Are you confused about who's on first?
Do you find it hard to understand what left and right, liberal and conservative, progressive and libertarian mean any more?
Is Glenn Greenwald on the left or right? Libertarian (he used to consult for Cato) or communist (he has spoken before the Socialist Workers' Party annual meeting)?
How can it be that if Greenwald debates Ruth Marcus, a liberal Democrat and columnist in the liberal Washington Post, denounced by conservatives, he and his Twitter sock-puppets/cronies can accuse her of supporting the Bush Administration's torture? But wait, she agrees that James Clapper "lied" and "he should be ashamed of it" and "it's totally intolerable" -- so what's the difference between her anti-NSA statement and Greenwald's?! (well, he will settle for nothing less than a trial and punishment of this "lying" official, and Marcus points out to this lawfaring lawyer that perjury law is complicated and getting a judge to actually do this against an official merely doing his job as he saw fit would be quite hard to do).
Do you wonder how it is that Paul Carr, Mark Ames formerly of the Exile and Yasha Levine, all funded by Silicon Valley (they were bought out by Pando Daily) and technolibertarians of sorts (or are they?) can print trash about Snowden, and suddenly decide to bash Glenn Greenwald and Jay Rosen, the NYU professor, for joining on to the new media enterprise First Look -- funded by the ebay millionaire Pierre Omidyar, who himself loves Greenwald...who speaks to the socialists? They're all about Big IT and Silicon Valley and technocommunism in the end -- why don't they get along?
How is it that Jacob Appelbaum, who still apparently gets Department of Defense funding and never really seems to scream about Obama the way Glenn Greenwald does, can be doing even more radical work revealing documents that aren't even from Snowden, but could even be -- who knows! -- from some GRU mole in the NSA merely using the Snowden flurries as a cover?
Well, if you look at this handy-dandy infographic chart I've made (sorry, I suck at Photoshopping), you will start to see how it all comes together -- or falls apart (and this chart helps explain why Omidyar and Greenwald will not last.)
Think of the four corners of our Metaverse as the extremes of thinking 1) Obama is a devil; 2) Obama is an angel; 3) Snowden is a traitor, or 4) Snowden is a hero. That's one level (think of the first horizontal X-axis in Second Life).
Then, think of people's attitudes towards capitalism and communism which really infuse everything (that's the Y-axis then, or a second horizontal layer). Everyone likes to pretend these categories and these ideologies don't exist anymore, but of course they do. Look, do you like Occupy Wall Street and want to shut down the stock market and jail the banksters? Then you're a communist. Do you think it's okay for Goldman Sachs and wealthy law firms to fund Obama's campaign along with Google, even though you're for that crazy unworkable socialist ObamaCare of his? Then you're a capitalist. Understood. Don't pretend these categories don't exist.
But there's more -- there's your attitude toward government -- think of this as yet another axis (like the vertical Z in Second Life if this were a 3D object which of course we could make in Second Life but I can't draw here).
There you might be an anarchist (no government), or a minarchist (for minimal government, but at least some); you might be for democracy, which means elected officials and separation of powers and the rule of law, or corporatocracy, which might be rule-by-law and emphasis on both private corporations and governments agencies.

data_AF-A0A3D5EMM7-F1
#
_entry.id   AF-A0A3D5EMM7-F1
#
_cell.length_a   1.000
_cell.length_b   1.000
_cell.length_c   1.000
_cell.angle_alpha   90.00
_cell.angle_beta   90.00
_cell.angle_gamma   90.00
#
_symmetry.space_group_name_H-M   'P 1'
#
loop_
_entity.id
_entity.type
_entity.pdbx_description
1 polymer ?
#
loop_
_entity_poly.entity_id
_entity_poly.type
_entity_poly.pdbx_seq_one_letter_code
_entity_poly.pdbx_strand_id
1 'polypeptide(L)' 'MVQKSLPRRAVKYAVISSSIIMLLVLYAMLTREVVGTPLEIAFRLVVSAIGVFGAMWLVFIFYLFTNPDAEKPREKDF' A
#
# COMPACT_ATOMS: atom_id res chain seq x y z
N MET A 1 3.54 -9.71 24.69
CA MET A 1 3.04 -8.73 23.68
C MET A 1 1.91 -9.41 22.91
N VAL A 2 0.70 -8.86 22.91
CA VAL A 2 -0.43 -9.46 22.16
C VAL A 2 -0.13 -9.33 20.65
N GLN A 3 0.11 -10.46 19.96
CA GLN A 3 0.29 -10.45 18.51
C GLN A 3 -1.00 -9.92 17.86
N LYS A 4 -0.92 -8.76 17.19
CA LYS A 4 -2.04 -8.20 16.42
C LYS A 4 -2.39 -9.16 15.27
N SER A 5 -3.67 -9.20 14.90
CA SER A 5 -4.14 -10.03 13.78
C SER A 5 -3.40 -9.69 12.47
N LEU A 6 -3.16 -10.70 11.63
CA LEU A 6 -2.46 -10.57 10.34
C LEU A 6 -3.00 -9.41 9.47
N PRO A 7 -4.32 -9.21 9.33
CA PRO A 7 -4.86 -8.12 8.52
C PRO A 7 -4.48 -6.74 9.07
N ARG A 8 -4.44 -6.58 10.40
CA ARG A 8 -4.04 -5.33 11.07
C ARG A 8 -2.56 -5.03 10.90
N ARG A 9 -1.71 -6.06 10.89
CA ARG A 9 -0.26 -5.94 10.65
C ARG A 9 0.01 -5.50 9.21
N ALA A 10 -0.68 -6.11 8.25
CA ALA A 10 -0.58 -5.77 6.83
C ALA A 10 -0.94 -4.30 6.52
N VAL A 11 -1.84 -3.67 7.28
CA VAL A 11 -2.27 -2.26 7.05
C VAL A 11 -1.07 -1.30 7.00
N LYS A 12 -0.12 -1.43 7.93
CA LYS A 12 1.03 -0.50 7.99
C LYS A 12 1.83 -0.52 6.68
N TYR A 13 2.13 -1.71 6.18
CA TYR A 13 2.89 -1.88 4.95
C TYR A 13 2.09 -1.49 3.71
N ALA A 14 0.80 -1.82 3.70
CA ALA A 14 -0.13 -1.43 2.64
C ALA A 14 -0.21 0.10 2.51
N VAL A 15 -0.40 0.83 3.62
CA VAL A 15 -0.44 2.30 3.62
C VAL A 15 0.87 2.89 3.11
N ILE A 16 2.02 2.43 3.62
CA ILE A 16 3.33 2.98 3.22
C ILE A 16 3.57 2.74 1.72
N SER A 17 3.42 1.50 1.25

Above the "democracy" line you will find those who like Obama -- he's president, after all -- and tend to think Snowden has done something wrong -- he's broken the law and gone against the democratc consensus that yes, we do need state secrets and agencies to keep them -- and find intelligence to keep us safe.
Or below the "democracy" line, you still might be in the Obama tank and loving Snowden, but you might be for oligarchy, which is where there is a state nominally affirming capitalism, or engaging in "state capitalism" as the Trotskyists called it -- but just as likely embracing many aspects of communism. This state still accords power to certain wealthy boyars -- as long as they support the state. You may even want to transform this state so that it is better for your business.
If you're under the anarchy line, you're for destroying government and running everything from the Internet and the IRC channel with your friends, maybe with a Drupal site and some Liquid Democracy Pirate Party "voting" scheme -- but fuck America, militaries, even roads.
Well, you get the idea. It's a grid -- and you can slide in any direction up or down or across or diagonally.
Naturally, I've put myself in the most perfect, centrist, democratic and good position, as any author would : )
But note what else is going on -- the attitiudes towards technology and how it will be used to pursue one's other values of anarchy or statism, communism or corporativism or statism.
Technocommunist as readers of this blog know is a belief that you can collectivize people online and use technology to redistribute wealth; the state withers away, as it is supposed to under communism and "every cook can rule the state". Of course, there's an avant-garde of the workers who know best (coders).
Technolibertarian can amount to "communism for thee but not for me" or a belief in social Darwinism, Randianism, meritocracy on steroids -- and no illusions that you will teach the homeless to code or even most kids in high school to do anything. Fuck 'em, you are going to have California secede from the United States.
Technoliberal means that you embrace technological innovation but you expect democratic government to maintain oversight over technology so that it does not harm liberal democracy itself.
Technoprogressive means that you believe in the transformative power of technology to change human nature and "make a better world" and you will make money in order to spend it on establishing socialism -- which will work better because of technology and distributive...stuff.
Technosocialist means that you would establish more limits on corporations in establishing your equitable society, except for the Big IT ones and those that provide you a paycheck. Distribution will be coerced. You're welcome.
Technostalinist means that you are for using technology to settle scores with your political enemies, and establishing some kind of state that can crush evil greedy oligarchs and capitalists.
And that's how we get the different boxes in this grid.
You could find Snowden a hero and think Obama is a devil -- and be a technolibertarian like Rand Paul for minimal government.